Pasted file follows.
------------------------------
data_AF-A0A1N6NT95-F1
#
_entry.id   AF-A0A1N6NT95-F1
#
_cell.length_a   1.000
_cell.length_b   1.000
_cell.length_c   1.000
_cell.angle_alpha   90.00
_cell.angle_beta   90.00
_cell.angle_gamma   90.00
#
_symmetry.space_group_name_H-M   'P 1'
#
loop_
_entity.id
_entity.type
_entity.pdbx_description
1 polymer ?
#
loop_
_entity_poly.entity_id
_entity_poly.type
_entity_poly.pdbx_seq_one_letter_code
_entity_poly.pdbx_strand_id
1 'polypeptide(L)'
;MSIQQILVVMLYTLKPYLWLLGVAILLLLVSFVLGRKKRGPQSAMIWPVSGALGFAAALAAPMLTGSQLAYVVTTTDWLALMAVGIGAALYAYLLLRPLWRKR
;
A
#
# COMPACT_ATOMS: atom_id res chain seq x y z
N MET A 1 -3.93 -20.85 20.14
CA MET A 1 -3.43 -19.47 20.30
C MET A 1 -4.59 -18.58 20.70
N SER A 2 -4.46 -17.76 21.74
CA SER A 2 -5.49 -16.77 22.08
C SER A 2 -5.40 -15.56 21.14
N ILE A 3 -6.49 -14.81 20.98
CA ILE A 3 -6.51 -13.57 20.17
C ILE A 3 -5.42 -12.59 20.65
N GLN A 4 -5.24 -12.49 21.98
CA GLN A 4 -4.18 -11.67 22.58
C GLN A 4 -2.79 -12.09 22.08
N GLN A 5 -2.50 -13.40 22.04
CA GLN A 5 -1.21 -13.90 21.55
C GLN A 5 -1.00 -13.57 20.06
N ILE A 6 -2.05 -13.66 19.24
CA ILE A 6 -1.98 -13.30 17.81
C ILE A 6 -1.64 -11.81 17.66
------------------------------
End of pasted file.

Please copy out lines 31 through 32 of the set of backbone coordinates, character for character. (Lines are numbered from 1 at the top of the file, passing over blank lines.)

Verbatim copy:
N MET A 1 -3.93 -20.85 20.14
CA MET A 1 -3.43 -19.47 20.30